Wednesday, May 18, 2005

Peregrinations

The word "peregrination" came to me out of the blue tonight during dinner. Mary took me out to a fancy dinner to celebrate the end of my first year of teaching. A grand treat!

So, what does "peregrination" mean? I turned to my friend, dictionary.com, and discovered that it means "To journey or travel from place to place, especially on foot; to travel through or over; traverse." Hmm. My loosely associating mind then took a few of its own peregrinations to find a causal link. "PeregrinTook", a hobbit character from the Lord of the Rings first came to mind, then came the peregrine falcon.

After some ruminating, I realized that this term simply relates to my personal journey, the one that began so long ago as I traversed the birth canal. Through the many trials and tribulations of my forty years on earth (this time around, anyway), I find myself here again, each day just another step along the peregrinating (yes, that's actually a word, but possibly very poor usage on my part) trail.

Today I complete the relatively short journey of teaching a group of 25 individuals as much about nursing as I can in nine months. Nine months, eh? An apt amount of time for the germination of many things....This is a peregrination of sorts, one which is more like a sidebar, a short time off the main trail, just to see what it's like on a different path. It was an interesting path, and I may traverse it again, perhaps. It left some notable dust on my shoes.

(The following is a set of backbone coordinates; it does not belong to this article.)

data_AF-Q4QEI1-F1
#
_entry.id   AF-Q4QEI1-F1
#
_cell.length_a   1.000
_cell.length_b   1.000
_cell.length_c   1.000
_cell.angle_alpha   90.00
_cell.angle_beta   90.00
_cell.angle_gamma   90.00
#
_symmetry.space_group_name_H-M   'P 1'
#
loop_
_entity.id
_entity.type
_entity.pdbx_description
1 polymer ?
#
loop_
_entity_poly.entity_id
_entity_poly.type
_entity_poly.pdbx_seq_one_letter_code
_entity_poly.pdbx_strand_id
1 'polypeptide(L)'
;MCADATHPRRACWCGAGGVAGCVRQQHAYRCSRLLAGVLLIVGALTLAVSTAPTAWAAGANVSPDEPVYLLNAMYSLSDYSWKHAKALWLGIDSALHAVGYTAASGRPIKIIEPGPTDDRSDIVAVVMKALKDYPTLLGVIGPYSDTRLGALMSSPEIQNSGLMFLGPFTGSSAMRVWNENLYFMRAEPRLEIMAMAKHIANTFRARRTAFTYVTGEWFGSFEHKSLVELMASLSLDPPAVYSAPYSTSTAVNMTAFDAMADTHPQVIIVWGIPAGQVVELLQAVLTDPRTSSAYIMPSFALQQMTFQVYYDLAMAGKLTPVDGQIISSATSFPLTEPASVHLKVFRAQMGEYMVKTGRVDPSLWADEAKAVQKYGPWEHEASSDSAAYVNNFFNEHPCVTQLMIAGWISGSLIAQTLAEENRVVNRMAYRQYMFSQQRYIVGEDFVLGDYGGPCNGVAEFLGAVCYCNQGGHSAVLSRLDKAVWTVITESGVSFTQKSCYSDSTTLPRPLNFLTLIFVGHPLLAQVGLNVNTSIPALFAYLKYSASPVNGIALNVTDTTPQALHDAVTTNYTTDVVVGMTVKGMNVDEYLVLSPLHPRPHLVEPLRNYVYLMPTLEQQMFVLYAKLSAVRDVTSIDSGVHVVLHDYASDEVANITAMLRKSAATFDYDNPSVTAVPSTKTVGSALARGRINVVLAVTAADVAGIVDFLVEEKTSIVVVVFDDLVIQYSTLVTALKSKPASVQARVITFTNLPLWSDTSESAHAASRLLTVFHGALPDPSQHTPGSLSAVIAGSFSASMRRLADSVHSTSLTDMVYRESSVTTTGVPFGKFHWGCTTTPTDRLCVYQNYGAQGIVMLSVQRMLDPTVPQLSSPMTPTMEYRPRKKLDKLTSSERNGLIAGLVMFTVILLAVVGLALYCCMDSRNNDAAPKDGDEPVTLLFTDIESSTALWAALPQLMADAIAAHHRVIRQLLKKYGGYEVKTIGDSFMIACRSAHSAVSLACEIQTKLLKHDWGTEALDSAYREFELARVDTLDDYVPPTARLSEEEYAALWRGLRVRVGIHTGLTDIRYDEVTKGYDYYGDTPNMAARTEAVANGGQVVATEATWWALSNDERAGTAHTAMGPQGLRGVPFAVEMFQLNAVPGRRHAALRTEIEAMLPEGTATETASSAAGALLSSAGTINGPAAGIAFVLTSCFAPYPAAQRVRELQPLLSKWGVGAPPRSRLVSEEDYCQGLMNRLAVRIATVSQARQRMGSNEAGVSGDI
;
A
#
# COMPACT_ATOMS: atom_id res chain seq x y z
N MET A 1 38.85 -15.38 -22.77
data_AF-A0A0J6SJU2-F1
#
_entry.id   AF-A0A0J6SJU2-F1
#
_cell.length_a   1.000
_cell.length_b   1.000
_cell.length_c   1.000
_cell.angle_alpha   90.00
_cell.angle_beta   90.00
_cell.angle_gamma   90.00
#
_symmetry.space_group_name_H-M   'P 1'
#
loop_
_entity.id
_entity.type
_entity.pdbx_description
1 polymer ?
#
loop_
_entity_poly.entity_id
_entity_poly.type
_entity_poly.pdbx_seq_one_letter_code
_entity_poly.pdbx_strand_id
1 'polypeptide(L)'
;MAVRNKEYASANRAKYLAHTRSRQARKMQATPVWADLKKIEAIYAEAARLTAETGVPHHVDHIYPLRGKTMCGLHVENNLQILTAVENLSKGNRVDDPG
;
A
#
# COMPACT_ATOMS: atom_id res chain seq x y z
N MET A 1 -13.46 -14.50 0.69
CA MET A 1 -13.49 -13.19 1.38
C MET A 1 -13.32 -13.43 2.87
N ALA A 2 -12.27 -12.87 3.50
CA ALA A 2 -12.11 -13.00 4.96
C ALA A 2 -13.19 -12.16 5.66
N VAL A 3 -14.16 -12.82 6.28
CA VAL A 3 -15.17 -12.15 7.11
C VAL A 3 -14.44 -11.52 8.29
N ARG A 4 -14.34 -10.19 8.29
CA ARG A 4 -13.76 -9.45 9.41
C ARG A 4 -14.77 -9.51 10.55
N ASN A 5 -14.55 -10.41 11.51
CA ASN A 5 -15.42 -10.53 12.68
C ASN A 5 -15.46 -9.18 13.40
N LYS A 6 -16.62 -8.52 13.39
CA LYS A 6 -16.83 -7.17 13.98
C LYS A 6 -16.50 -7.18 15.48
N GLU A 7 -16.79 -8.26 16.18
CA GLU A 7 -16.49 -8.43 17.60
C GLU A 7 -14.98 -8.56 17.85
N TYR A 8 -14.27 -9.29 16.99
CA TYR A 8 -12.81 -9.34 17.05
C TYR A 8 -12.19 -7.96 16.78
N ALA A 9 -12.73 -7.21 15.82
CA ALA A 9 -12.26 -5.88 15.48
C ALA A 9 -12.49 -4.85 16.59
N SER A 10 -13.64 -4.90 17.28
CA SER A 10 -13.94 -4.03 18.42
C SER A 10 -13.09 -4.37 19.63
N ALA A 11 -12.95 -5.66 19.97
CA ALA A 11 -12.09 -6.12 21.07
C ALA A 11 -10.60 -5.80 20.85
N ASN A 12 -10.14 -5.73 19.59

Meanwhile on another path, yesterday I had the distinct pleasure of meeting with a psychiatrist whom I have chosen to see for a while in the interest of my medico-psychological health. His Scottish accent and good eye contact put me at ease. We can work together, it's clear. I choose to share this here because alot of what this blog is about is transparency---my transparency---to the extent that I'm willing to divulge my personal life to anyone who happens to surf by, whether by chance or design. My choice to use antidepressants is another tributary of my identity, and it informs a great deal of who I am in the world and my relation to it. For me to function in this fast-paced and overstimulating world, pharmaceutical support is priceless.

Another path is that of my chosen work. This path leaves more than dust on my shoes. It can often be a cloud of dust enveloping my very sense of self. I cross paths daily with souls greatly damaged by trauma, disease and disenfranchisement. Such is the environment in which I choose to dwell from nine to five.

So, peregrination it is. We are all doing it, even when standing still.
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